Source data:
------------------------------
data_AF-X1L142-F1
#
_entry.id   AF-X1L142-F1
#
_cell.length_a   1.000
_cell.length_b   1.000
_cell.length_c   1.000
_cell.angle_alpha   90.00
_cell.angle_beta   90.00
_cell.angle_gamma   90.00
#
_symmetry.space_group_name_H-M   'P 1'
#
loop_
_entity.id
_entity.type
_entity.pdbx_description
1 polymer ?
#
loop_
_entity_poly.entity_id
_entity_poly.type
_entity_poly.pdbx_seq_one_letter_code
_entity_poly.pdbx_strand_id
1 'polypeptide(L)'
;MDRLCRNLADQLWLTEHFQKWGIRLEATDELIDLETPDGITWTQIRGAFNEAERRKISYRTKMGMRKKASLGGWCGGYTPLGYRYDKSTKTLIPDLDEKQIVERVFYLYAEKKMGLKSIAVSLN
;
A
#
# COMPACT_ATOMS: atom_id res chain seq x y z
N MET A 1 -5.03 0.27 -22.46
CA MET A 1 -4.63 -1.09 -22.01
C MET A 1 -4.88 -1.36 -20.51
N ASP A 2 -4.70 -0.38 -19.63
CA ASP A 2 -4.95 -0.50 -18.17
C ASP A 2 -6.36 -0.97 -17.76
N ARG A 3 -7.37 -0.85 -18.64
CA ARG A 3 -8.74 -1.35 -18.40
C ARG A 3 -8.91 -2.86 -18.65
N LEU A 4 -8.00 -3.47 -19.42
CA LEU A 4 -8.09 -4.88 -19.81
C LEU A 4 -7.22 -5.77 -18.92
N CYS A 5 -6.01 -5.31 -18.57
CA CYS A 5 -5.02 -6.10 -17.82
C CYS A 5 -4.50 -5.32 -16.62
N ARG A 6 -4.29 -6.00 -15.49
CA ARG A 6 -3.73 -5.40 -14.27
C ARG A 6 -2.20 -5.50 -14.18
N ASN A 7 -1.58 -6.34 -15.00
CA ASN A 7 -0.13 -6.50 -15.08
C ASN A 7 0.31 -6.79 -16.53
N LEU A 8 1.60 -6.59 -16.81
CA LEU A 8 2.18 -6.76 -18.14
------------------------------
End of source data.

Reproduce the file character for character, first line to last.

data_AF-X1L142-F1
#
_entry.id   AF-X1L142-F1
#
_cell.length_a   1.000
_cell.length_b   1.000
_cell.length_c   1.000
_cell.angle_alpha   90.00
_cell.angle_beta   90.00
_cell.angle_gamma   90.00
#
_symmetry.space_group_name_H-M   'P 1'
#
loop_
_entity.id
_entity.type
_entity.pdbx_description
1 polymer ?
#
loop_
_entity_poly.entity_id
_entity_poly.type
_entity_poly.pdbx_seq_one_letter_code
_entity_poly.pdbx_strand_id
1 'polypeptide(L)'
;MDRLCRNLADQLWLTEHFQKWGIRLEATDELIDLETPDGITWTQIRGAFNEAERRKISYRTKMGMRKKASLGGWCGGYTPLGYRYDKSTKTLIPDLDEKQIVERVFYLYAEKKMGLKSIAVSLN
;
A
#
# COMPACT_ATOMS: atom_id res chain seq x y z
N MET A 1 -5.03 0.27 -22.46
CA MET A 1 -4.63 -1.09 -22.01
C MET A 1 -4.88 -1.36 -20.51
N ASP A 2 -4.70 -0.38 -19.63
CA ASP A 2 -4.95 -0.50 -18.17
C ASP A 2 -6.36 -0.97 -17.76
N ARG A 3 -7.37 -0.85 -18.64
CA ARG A 3 -8.74 -1.35 -18.40
C ARG A 3 -8.91 -2.86 -18.65
N LEU A 4 -8.00 -3.47 -19.42
CA LEU A 4 -8.09 -4.88 -19.81
C LEU A 4 -7.22 -5.77 -18.92
N CYS A 5 -6.01 -5.31 -18.57
CA CYS A 5 -5.02 -6.10 -17.82
C CYS A 5 -4.50 -5.32 -16.62
N ARG A 6 -4.29 -6.00 -15.49
CA ARG A 6 -3.73 -5.40 -14.27
C ARG A 6 -2.20 -5.50 -14.18
N ASN A 7 -1.58 -6.34 -15.00
CA ASN A 7 -0.13 -6.50 -15.08
C ASN A 7 0.31 -6.79 -16.53
N LEU A 8 1.60 -6.59 -16.81
CA LEU A 8 2.18 -6.76 -18.14